The Yomiuri ShimbunWere there any illegal acts that caused damage to Nissan Motor Co.? With the claims of the prosecutors and the defendant standing squarely against each other, the determination of what really happened will be moved to a trial.
The special investigation squad of the Tokyo District Public Prosecutors Office has indicted former Nissan Chairman Carlos Ghosn again on a new charge of aggravated breach of trust in violation of the Companies Law, plus one other charge.
Ghosn transferred a valuation loss of about ¥1.85 billion, which was incurred through a personal investment, to Nissan. About ¥1.6 billion was provided from a Nissan subsidiary to Ghosn’s Saudi acquaintance, who had helped secure a credit guarantee for the investment. Ghosn has been charged with causing damage to Nissan by these two acts.
Regarding the transfer, Ghosn has claimed he is innocent, saying he did not cause any damage to Nissan. The special investigation squad has taken a position that the crime was constituted when the loss was transferred. At the trial, a key point of contention is likely to be whether the requirements for constituting aggravated breach of trust can be met.
Both sides stand in direct opposition also over the transfer of funds to the acquaintance side. Ghosn has stressed that the money was an appropriate reward for what the acquaintance side did. A former executive of the subsidiary said, “There was no reason to provide a large amount of money.”
It appears odd that a large amount of money was sent in an ambiguous manner after the credit guarantee was made by the acquaintance. Was this really a legitimate expenditure? How far the special investigation squad can prove the allegations will become the focus.
Discern need for detention
Attention will be also directed to the custody of Ghosn after his indictment.
Ghosn also has been indicted on a charge of violating the Financial Instruments and Exchange Law by allegedly understating his remuneration in securities reports. His detention at a detention house has spanned the New Year, exceeding 50 days since his first arrest in November last year.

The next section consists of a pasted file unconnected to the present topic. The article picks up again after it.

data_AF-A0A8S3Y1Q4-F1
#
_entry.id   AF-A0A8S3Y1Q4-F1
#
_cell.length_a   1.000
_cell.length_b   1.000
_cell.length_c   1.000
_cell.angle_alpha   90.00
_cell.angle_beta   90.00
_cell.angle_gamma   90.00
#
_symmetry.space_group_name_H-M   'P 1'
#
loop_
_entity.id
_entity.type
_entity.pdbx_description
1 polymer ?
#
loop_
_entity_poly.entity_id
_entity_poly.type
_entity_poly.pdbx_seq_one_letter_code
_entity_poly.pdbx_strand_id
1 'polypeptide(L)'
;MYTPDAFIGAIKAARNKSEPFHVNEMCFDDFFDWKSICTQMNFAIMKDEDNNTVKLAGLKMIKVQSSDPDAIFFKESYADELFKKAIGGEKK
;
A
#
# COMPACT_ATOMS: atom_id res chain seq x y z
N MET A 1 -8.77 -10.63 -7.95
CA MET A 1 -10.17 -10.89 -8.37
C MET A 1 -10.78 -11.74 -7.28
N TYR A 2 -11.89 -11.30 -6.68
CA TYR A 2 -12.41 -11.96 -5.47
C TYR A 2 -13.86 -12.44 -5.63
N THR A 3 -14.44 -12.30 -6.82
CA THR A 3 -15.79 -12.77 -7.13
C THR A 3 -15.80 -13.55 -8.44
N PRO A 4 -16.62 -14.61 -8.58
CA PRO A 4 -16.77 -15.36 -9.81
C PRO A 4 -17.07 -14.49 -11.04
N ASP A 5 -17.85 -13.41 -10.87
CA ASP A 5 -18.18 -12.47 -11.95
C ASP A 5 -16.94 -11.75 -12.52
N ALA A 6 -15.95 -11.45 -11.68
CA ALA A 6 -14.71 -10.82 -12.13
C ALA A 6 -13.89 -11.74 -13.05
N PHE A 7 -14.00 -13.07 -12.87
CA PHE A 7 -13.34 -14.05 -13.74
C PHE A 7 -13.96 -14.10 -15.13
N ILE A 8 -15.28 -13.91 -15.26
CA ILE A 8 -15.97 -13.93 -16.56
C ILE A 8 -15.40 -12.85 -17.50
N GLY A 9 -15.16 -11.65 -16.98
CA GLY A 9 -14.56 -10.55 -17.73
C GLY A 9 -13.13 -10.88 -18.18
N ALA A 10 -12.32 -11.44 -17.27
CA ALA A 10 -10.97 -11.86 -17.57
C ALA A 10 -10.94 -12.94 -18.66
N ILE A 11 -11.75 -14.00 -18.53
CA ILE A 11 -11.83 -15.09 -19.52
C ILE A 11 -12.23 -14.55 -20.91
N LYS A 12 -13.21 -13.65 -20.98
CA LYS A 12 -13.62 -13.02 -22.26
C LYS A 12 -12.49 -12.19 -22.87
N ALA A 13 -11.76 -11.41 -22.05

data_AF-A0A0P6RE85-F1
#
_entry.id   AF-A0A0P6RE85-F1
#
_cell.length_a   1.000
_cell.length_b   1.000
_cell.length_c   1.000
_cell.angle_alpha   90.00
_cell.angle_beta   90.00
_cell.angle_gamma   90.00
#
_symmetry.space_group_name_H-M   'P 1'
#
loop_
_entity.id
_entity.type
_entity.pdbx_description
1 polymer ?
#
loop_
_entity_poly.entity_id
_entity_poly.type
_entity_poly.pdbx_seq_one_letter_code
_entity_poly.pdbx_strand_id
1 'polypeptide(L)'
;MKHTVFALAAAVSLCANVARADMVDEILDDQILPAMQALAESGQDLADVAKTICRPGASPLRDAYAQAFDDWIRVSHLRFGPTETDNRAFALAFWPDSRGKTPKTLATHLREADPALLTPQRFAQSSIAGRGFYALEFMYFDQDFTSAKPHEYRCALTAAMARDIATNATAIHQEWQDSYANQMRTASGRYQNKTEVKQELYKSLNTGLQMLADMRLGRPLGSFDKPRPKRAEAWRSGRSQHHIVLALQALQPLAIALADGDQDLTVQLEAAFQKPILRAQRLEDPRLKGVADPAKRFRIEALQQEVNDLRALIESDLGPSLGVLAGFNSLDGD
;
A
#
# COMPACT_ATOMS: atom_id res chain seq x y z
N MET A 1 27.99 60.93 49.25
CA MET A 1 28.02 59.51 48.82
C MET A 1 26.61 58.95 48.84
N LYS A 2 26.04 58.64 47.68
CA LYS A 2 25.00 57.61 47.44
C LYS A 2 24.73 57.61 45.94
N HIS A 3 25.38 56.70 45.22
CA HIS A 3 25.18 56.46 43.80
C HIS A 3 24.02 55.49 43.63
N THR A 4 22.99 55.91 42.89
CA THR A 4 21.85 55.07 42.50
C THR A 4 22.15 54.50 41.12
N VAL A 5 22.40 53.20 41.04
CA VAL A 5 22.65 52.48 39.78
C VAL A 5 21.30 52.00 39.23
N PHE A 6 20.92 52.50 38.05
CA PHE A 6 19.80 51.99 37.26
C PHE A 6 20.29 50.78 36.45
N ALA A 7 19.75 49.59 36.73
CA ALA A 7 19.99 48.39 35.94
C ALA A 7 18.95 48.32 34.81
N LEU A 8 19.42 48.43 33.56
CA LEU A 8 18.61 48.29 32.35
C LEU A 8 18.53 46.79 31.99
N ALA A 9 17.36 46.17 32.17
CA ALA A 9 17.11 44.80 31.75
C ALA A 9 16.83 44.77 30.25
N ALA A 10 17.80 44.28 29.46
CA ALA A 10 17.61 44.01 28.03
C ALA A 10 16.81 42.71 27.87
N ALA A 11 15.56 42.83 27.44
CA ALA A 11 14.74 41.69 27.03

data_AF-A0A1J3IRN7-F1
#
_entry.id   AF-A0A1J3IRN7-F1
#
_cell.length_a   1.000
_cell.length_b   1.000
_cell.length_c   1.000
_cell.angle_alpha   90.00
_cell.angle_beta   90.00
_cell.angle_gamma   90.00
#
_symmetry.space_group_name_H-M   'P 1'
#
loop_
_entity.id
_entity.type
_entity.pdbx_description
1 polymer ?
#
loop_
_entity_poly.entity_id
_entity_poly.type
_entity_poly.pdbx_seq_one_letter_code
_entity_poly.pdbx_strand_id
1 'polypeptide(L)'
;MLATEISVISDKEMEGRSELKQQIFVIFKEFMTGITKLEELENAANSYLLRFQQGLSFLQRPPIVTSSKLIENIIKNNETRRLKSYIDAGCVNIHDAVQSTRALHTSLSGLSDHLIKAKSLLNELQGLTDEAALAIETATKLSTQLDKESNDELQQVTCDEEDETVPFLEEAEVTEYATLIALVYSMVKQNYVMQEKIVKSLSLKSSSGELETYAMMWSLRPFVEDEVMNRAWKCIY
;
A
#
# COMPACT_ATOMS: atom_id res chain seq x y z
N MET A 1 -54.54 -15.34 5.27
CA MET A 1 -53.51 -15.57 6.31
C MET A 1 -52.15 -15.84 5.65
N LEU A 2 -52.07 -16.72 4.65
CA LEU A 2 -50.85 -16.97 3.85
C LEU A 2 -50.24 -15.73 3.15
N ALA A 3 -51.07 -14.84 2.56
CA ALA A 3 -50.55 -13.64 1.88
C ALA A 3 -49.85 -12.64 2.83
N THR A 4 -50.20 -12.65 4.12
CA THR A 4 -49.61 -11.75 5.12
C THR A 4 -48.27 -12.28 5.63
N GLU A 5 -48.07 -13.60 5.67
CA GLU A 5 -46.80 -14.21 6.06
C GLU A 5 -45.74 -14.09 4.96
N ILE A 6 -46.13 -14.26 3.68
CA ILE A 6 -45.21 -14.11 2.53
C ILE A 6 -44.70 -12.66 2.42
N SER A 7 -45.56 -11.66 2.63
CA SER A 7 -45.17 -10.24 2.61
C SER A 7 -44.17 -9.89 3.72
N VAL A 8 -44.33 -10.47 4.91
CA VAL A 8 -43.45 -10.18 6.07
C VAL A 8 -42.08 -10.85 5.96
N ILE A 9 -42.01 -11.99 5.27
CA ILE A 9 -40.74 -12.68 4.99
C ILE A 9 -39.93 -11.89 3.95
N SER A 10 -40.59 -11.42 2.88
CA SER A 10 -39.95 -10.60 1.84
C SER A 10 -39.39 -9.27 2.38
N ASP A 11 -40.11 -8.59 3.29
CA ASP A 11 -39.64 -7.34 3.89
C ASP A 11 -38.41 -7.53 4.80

Many cases handled by the special investigation squad have seen detentions continue until trials start when defendants denied allegations.
It is also true that such a lengthy detention has been criticized as a system of “hostage justice.” Over Ghosn’s detention, harsh words from foreign media and others have been conspicuous.
In the case of false reporting, there were special circumstances in which the special investigation squad and Nissan-related figures agreed to make plea-bargaining deals and many pieces of evidence were obtained. This may be one of the reasons why the court did not allow the extension of Ghosn’s detention when he and another executive were rearrested over similar allegations.
In the case of aggravated breach of trust, the situation is slightly different. One aspect is that the possibility that Ghosn would try to destroy evidence, such as by coordinating statements with others concerned, cannot be ruled out. The court needs to calmly judge the need for Ghosn to be detained after the indictment.
For Nissan, the difficult situation is expected to continue. In the false reporting case, Nissan also has been indicted as a corporate body under a dual liability provision of the law. It is an urgent task for the company to rebuild its governance.